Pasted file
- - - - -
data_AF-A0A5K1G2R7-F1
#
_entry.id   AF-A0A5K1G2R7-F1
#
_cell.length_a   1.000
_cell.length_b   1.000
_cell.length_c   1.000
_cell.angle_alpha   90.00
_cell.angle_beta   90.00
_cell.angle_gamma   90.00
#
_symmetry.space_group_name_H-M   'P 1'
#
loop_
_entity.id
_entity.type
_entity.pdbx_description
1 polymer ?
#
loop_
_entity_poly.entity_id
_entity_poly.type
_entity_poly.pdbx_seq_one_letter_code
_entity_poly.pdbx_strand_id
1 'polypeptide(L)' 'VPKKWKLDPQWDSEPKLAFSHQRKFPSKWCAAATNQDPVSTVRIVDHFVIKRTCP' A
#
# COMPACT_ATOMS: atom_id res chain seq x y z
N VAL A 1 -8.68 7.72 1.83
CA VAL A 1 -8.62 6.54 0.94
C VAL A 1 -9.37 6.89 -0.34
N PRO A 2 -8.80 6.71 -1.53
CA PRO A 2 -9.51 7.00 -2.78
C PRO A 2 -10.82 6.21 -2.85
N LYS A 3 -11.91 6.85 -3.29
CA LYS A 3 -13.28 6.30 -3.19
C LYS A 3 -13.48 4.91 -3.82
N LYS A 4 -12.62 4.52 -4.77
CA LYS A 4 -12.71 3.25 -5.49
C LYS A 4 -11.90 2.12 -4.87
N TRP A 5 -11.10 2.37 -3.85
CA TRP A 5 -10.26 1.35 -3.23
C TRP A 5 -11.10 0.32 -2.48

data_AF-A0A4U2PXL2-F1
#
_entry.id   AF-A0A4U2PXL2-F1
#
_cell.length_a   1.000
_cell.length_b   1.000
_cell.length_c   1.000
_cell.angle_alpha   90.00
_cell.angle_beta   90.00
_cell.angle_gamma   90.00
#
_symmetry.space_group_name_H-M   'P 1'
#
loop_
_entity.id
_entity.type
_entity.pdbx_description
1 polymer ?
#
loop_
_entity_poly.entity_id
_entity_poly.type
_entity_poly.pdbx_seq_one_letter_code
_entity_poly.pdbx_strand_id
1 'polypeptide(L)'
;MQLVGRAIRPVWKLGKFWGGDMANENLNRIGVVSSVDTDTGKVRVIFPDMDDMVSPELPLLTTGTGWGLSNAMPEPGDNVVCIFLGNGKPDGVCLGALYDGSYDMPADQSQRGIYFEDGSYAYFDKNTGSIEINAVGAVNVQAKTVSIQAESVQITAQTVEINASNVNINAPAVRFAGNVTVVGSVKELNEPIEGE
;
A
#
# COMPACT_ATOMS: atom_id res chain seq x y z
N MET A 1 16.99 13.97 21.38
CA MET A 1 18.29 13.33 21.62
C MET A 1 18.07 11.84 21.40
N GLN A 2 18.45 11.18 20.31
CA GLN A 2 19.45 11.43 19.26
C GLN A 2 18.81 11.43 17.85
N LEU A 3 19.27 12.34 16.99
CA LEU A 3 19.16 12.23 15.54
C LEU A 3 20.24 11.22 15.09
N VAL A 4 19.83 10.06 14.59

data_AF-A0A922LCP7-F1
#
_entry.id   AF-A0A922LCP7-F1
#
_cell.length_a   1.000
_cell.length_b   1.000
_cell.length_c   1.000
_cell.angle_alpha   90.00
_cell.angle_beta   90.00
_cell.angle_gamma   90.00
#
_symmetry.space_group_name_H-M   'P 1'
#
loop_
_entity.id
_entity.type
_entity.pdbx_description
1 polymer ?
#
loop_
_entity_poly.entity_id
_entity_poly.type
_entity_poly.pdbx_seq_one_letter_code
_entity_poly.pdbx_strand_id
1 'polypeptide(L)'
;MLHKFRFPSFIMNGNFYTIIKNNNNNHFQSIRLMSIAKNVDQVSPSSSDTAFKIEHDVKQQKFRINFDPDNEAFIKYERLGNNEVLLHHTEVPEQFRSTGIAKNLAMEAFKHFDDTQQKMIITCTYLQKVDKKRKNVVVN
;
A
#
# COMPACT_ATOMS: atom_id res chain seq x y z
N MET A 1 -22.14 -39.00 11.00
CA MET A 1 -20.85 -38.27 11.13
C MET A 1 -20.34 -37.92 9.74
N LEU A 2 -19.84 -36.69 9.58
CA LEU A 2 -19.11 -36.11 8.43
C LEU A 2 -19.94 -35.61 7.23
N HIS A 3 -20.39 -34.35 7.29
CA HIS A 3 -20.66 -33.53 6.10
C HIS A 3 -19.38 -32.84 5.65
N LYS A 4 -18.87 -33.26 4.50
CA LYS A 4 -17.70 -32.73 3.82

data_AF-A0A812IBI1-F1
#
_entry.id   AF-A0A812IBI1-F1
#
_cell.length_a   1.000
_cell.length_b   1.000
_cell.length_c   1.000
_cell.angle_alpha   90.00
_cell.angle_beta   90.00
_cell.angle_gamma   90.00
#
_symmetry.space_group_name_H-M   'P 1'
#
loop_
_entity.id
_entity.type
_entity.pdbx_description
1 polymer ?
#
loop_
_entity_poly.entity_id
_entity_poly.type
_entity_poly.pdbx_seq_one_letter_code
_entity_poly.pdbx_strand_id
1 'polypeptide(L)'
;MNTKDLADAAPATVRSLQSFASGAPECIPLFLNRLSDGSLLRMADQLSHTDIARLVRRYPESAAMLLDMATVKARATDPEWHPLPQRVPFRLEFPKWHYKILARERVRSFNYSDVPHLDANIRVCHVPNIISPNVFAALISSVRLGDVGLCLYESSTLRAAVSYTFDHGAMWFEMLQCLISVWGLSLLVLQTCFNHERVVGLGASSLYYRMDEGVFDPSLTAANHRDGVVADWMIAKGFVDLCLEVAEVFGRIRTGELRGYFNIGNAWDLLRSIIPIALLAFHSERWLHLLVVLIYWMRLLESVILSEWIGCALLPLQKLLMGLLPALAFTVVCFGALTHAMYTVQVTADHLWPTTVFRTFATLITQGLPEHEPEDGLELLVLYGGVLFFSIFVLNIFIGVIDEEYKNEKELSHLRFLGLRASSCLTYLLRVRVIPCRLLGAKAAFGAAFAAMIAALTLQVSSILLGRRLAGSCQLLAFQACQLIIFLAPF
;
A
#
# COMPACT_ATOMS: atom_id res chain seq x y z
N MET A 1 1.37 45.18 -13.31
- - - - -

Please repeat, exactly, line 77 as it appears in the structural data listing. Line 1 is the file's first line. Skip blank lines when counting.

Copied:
CA GLN A 2 19.45 11.43 19.26